So before we get into it, I'd like to just quickly discuss the agenda. Just to really set the scene for you all and just really provide a lot of context for the solution and design that we'll talk about coming up. So first of all, we'll talk about GraphQL at Unity. I'll introduce our team and basically some of the things that we do, as well as talking about our tech stack. Just to really provide you all with an idea of how we work and how we implement GraphQL.

Next up, I'll discuss the problem we wanted to solve with Auth, especially at scale. So I'll discuss, yeah, basically the problems we encountered and also what benefits we're looking to solve, looking to have as well. Next up, I'll talk about the design. So I'll discuss the actual details of the design, as well as also how this solves our original problem and how it gives us the benefits that we're looking to have as well. And then finally, I'll show you all the solution. So this will include the implementation, but also a short, brief example to give you an idea of exactly how we implemented this at Unity.

So GraphQL at Unity. So I work in the live platform team, where our primary aim is to expose business functionality to clients. And this is all through a centralized GraphQL schema. So we use GraphQL Federation under the hood, where we have a gateway, and then, behind this, we expose several services that expose different parts of the business. And it's functionality, and clients talk to the centralized schema, which they treat as the hard contracts, do we expose and basically, yeah, just get the bits of business functionality that they need to access.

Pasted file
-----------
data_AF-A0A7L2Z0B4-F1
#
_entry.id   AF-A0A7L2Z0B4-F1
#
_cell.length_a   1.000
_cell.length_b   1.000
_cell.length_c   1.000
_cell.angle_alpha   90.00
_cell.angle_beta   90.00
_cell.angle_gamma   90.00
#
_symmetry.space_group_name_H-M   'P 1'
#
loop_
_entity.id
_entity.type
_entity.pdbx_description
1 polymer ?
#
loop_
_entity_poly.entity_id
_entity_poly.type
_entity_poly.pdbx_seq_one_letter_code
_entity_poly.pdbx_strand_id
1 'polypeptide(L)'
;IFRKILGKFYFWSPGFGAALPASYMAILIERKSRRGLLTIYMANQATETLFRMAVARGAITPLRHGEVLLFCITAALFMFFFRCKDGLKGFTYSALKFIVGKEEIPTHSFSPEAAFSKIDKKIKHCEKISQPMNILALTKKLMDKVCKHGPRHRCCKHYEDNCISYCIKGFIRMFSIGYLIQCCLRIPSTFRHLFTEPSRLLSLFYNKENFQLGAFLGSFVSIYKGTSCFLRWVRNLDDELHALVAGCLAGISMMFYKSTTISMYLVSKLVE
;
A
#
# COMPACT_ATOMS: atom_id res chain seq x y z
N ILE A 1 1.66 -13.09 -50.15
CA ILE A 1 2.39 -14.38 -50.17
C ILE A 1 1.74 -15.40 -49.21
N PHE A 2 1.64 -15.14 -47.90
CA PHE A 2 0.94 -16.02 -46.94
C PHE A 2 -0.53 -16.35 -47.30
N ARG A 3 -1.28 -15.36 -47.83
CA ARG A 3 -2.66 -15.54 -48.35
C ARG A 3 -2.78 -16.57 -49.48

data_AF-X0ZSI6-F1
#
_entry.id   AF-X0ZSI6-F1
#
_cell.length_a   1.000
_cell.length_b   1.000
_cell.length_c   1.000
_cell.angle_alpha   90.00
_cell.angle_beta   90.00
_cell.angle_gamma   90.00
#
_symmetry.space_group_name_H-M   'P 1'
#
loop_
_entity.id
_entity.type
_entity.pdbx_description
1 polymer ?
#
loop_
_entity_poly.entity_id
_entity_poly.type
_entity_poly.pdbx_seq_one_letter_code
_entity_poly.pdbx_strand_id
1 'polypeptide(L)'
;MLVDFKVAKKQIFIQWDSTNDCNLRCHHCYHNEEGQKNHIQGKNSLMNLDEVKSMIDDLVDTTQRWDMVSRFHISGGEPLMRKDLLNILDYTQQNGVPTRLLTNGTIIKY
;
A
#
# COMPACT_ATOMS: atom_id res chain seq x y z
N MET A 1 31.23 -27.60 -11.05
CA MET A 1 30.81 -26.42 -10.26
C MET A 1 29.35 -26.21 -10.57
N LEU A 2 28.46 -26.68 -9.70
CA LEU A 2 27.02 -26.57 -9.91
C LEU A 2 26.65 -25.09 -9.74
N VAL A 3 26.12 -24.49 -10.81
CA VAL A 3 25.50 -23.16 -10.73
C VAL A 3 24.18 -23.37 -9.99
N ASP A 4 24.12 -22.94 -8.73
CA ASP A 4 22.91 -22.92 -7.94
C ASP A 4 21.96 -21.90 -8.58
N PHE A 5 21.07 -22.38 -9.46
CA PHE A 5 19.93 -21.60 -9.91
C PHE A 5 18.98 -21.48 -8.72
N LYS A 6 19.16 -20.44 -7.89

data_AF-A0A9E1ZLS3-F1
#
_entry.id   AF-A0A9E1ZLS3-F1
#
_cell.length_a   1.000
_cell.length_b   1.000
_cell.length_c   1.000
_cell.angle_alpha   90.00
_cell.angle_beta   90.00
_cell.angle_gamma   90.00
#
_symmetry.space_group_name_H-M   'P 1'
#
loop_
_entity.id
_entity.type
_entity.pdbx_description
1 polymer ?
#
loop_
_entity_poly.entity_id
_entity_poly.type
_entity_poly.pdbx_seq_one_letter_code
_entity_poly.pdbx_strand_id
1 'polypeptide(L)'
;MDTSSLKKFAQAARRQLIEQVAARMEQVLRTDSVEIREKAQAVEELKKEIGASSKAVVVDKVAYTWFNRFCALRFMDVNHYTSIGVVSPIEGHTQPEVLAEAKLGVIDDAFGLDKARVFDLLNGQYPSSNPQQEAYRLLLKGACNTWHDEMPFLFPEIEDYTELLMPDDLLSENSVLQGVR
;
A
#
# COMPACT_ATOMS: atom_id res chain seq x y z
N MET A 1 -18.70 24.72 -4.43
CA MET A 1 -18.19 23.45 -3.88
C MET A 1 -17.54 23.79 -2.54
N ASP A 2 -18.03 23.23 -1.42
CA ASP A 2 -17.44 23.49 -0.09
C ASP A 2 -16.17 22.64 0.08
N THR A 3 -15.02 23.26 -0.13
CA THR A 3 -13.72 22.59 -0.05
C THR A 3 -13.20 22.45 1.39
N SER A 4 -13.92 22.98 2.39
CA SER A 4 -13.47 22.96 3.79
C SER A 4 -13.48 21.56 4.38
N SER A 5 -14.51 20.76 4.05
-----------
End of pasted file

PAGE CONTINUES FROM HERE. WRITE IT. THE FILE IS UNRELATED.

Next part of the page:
We also are actively working on improving our self-service options. So as we get more and more requests from clients, we want them to be able to do the work themselves as well. So if they want to expose a new bit of business functionality, we want to say to them, here's some instructions, and you can go and implement it yourself in a GraphQL compliant way with all the benefits that we serve as well. So for instance, we do a lot of caching under the hood, so we can tell them how to take advantage of all these benefits and tooling that we've developed over the past year or so. We're also looking to automate a lot of this. So a lot of this is fairly generic stuff and standardized by convention, so this enables us to look into, can we generate all this code and can we make lives for new developers a lot easier by just saying, if you want to spin up a new service, just run this command, and you're good to go. And you've got all the service set up you need. It's all hooked in, and it can be deployed as well.